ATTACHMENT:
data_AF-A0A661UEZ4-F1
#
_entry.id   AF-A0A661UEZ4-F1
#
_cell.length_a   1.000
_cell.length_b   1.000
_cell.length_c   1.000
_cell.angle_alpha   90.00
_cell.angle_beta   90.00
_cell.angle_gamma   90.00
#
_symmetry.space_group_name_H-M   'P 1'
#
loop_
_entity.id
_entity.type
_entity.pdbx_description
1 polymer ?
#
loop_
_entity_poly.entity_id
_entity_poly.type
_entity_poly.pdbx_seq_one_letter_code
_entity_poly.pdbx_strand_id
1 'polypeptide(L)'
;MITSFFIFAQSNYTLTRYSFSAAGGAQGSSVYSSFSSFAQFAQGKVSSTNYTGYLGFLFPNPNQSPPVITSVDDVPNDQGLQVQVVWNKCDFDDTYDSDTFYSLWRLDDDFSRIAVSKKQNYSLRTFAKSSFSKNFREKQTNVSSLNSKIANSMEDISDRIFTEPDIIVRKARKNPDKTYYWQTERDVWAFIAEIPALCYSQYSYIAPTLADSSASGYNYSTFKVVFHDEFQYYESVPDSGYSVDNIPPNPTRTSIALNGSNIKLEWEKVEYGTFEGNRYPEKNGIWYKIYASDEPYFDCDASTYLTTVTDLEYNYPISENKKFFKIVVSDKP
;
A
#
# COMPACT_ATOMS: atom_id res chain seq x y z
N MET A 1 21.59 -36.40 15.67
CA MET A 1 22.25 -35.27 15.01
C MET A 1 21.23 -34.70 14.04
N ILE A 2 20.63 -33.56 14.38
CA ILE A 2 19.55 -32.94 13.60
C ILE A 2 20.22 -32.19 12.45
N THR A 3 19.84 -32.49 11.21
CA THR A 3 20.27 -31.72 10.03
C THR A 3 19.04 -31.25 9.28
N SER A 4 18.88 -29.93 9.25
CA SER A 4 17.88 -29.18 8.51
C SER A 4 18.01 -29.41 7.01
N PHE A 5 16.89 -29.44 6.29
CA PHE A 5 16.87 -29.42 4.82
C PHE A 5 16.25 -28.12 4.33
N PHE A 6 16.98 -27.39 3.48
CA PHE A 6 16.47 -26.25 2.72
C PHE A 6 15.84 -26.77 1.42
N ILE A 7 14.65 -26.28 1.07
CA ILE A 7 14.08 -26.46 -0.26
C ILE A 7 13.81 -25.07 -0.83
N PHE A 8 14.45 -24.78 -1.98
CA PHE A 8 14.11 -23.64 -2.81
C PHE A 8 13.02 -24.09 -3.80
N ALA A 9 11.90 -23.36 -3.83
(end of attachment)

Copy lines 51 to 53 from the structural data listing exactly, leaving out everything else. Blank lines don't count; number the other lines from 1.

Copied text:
C ILE A 7 13.81 -25.07 -0.83
N PHE A 8 14.45 -24.78 -1.98
CA PHE A 8 14.11 -23.64 -2.81